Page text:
By Leonard Maltin
Autumn is here, some high-quality, high-profile movies are opening, but smaller films, from the U.S. and abroad, still struggle to make themselves known in a cluttered and highly competitive marketplace.
I chanced upon Nora's Will, which has opened in New York and Los Angeles and is making its way across the country a few cities at a time. It has the benefit of a small distributor which is willing to nurture a movie like this because they believe in it, and trust that good reviews and word of mouth will take the place of a multimillion dollar advertising and promotional campaign. It's difficult to convince some people that a small, foreign-language film they've never heard of offers more satisfaction than most of the big weekend releases I've seen lately...but it's true.
This month's column also celebrates two veteran filmmakers who define the word "independence." Frederick Wiseman is the original one-man-band of the documentary film world, and remains one of its finest practitioners. Bill Plympton earned an Oscar nomination for his unforgettable short Your Face more than twenty years ago, and is still going strong, making distinctive animated films on a shoestring budget.
For more musings on films old and new, along with essays and reviews, I invite you to look in at www.leonardmaltin.com.
This sleeper from Mexico has won prizes around the world and is just starting to make a reputation in the U.S. (Word of mouth was so positive that business went up during its second week in Manhattan.) Writer-director Maria Chenillo has made a lovely, bittersweet movie about family dynamics, tradition and religion. It all begins when the matriarch of a Jewish family commits suicide just before Passover--but leaves all the makings for dinner behind. Here's my full review: Nora's Will.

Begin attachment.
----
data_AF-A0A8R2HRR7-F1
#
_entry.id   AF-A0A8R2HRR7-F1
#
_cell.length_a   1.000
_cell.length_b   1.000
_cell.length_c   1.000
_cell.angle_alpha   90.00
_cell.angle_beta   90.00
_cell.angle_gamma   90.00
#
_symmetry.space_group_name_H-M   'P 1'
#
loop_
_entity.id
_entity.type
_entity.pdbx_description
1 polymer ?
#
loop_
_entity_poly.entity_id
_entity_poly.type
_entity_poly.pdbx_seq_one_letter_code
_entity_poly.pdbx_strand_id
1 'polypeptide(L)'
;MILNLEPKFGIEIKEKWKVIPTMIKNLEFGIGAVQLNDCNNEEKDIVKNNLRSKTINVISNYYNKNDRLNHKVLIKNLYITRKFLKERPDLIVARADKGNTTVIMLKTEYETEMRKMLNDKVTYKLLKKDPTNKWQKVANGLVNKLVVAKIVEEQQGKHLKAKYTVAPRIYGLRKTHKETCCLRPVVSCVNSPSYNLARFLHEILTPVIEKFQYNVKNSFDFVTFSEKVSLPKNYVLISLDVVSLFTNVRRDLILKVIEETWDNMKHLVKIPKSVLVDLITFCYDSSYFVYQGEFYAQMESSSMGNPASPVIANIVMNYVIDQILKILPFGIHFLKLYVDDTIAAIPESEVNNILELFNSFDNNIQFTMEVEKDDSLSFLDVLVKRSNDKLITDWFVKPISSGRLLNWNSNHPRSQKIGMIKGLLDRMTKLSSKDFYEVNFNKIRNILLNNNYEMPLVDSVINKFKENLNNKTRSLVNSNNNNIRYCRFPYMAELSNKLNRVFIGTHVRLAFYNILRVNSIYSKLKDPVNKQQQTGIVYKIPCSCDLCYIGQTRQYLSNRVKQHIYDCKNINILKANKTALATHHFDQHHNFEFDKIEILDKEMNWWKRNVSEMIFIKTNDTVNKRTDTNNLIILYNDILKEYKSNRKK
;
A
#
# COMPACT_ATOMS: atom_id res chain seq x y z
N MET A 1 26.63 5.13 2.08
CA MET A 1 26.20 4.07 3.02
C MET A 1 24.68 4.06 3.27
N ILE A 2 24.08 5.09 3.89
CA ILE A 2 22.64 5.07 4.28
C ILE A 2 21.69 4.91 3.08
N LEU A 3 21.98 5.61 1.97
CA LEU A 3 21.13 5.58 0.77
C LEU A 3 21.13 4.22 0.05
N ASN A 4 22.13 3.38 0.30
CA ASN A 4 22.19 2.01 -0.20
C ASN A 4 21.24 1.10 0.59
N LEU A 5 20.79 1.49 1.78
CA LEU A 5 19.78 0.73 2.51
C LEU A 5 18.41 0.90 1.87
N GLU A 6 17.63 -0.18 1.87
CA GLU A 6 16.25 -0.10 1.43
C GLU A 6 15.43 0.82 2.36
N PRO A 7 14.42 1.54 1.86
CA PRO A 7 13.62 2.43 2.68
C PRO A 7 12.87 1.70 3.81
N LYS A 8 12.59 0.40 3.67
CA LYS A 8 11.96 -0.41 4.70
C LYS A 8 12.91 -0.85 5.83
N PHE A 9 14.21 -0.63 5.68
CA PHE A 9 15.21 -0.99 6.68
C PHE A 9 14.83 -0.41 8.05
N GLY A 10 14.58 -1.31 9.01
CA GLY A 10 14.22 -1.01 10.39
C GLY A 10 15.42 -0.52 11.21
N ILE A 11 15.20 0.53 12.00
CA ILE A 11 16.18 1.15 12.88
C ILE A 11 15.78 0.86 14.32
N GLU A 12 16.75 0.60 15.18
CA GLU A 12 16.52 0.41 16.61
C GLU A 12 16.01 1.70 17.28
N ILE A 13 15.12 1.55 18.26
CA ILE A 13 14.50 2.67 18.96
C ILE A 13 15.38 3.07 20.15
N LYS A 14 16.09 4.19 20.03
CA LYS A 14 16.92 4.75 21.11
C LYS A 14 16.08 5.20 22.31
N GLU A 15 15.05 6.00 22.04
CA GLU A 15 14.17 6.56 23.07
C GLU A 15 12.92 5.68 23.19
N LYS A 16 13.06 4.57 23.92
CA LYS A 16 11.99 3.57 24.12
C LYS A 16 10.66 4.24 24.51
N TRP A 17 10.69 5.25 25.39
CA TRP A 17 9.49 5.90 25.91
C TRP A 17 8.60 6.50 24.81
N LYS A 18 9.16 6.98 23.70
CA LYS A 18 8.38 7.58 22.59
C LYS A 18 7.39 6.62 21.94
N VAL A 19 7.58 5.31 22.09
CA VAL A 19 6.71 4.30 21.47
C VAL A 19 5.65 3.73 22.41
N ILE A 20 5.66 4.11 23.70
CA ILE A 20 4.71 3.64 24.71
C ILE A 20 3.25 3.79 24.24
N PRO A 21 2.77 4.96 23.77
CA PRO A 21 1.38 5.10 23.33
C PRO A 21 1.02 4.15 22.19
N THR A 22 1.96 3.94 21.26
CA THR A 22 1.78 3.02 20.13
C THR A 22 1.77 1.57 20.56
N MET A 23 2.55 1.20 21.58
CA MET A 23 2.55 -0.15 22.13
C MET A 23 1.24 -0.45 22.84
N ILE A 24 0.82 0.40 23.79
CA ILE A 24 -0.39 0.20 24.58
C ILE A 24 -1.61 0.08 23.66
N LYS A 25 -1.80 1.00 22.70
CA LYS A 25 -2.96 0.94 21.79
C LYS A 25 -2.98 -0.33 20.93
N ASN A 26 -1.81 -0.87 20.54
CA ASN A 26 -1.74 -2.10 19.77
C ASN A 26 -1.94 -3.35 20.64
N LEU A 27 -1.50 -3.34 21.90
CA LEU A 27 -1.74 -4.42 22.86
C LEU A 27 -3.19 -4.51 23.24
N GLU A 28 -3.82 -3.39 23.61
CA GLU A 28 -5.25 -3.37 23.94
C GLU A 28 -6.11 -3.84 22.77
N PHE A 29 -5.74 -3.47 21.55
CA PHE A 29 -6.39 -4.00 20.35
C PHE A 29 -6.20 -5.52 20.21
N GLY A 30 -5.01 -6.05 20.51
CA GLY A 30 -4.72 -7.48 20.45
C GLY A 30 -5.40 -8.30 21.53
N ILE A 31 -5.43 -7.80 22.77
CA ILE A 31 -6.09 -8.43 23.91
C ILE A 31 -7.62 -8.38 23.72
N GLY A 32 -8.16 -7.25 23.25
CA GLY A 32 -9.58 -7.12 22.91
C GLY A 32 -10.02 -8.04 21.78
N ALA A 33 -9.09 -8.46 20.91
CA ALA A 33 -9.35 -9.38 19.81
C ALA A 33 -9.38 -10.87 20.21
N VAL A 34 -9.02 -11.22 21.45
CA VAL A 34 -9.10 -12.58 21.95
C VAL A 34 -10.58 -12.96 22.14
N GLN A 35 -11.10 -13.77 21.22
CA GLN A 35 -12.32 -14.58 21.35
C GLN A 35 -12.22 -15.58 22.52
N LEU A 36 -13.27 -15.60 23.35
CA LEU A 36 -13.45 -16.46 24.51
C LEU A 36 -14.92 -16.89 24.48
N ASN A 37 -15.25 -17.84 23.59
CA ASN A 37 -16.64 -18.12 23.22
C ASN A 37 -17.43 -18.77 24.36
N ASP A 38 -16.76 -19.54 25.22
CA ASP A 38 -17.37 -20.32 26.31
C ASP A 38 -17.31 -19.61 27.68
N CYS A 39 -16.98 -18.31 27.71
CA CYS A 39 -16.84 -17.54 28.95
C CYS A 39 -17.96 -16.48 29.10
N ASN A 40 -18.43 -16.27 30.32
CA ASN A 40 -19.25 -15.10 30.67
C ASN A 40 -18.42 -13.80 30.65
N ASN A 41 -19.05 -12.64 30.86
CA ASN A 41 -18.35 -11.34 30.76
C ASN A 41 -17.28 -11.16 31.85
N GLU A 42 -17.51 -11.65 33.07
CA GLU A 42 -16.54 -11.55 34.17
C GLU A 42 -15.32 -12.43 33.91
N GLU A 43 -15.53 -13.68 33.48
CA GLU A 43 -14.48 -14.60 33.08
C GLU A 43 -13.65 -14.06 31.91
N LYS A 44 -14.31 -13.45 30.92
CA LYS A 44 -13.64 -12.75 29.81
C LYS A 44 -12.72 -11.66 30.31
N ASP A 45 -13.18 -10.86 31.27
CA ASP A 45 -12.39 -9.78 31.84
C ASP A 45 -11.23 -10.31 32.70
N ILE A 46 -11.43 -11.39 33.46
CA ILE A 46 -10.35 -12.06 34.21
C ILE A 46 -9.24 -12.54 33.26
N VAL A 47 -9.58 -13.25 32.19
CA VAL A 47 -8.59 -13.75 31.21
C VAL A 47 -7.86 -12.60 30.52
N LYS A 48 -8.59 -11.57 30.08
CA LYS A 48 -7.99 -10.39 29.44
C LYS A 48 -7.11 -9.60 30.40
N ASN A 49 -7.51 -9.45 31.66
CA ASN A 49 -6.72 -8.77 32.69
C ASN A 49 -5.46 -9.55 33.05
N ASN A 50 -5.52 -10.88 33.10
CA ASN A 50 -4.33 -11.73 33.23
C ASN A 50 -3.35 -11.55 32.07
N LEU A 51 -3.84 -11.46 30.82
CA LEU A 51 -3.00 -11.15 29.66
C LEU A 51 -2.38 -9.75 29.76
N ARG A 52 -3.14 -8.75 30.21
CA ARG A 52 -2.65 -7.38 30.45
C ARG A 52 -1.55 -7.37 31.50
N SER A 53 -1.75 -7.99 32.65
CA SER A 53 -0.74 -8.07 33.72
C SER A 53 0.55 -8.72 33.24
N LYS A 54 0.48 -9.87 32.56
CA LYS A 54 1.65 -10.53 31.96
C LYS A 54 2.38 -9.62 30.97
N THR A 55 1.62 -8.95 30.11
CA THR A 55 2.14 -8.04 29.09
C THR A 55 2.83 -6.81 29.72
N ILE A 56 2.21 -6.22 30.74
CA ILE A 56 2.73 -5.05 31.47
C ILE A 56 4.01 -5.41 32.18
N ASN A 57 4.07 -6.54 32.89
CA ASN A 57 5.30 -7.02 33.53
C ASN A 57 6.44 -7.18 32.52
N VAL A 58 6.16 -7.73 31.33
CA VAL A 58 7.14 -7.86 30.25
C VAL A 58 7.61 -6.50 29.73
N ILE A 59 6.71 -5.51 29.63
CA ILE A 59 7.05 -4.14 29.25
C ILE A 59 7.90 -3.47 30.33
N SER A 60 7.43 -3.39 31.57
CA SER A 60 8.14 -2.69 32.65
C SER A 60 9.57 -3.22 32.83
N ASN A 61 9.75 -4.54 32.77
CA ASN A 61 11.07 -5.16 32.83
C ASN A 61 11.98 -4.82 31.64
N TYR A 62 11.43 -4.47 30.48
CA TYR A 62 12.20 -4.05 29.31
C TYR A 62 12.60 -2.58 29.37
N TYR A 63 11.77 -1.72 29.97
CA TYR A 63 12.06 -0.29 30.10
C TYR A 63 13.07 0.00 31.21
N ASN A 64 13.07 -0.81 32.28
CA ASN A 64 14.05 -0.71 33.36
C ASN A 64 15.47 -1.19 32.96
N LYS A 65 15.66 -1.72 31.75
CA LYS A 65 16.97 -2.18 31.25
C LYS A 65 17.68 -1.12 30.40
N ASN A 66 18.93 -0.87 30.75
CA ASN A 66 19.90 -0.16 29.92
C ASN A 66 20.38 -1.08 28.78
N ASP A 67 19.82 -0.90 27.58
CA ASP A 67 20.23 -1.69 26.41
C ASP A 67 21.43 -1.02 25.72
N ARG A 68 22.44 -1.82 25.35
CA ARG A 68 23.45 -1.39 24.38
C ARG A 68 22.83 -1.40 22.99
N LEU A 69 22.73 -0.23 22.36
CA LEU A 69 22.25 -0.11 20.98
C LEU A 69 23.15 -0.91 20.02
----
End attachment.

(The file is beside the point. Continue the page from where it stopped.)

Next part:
Frederick Wiseman helped invent the cinema vérité approach to documentary filmmaking in the 1960s, but his work is as fresh and vital as ever. Last year he focused on the Paris Opera ballet troupe (la danse); this year's slice of life is set at a boxing gym in Austin, Texas where all sorts of people--young, old, male, female, from a variety of backgrounds--converge on a daily basis. Click HERE to read my full review.
IDIOTS & ANGELS
Animator Bill Plympton strikes again with a unique, hand-drawn fable about a misanthrope who undergoes a strange physical transformation that ultimately changes his personality as well. Plympton's award-winning work celebrates the art of drawing as well as the filmmaker's bizarre sense of humor. No one could ever mistake his work for a big-studio cartoon; he's one-of-a-kind.
WAITING FOR SUPERMAN
Oscar-winning documentary filmmaker Davis Guggenheim (An Inconvenient Truth) explores what's wrong with American schools--and how certain highly motivated educators and supervisors are making things right. Alternately infuriating and inspiring, this film offers food for thought and a call to action. Its portrait of dedicated parents trying to help their kids get a decent education is often heartbreaking.
KISSES (available on DVD)
This modest Irish import had an all-too-brief theatrical run earlier this year. Writer-director Lance Daly found two remarkable kids who had never acted before to star in his story of a boy and girl who escape from their chaotic homes and embark on a journey to the center of Dublin, where they must survive on the streets. Whimsical at times, then unexpectedly dark, Kisses takes us all on a journey of discovery.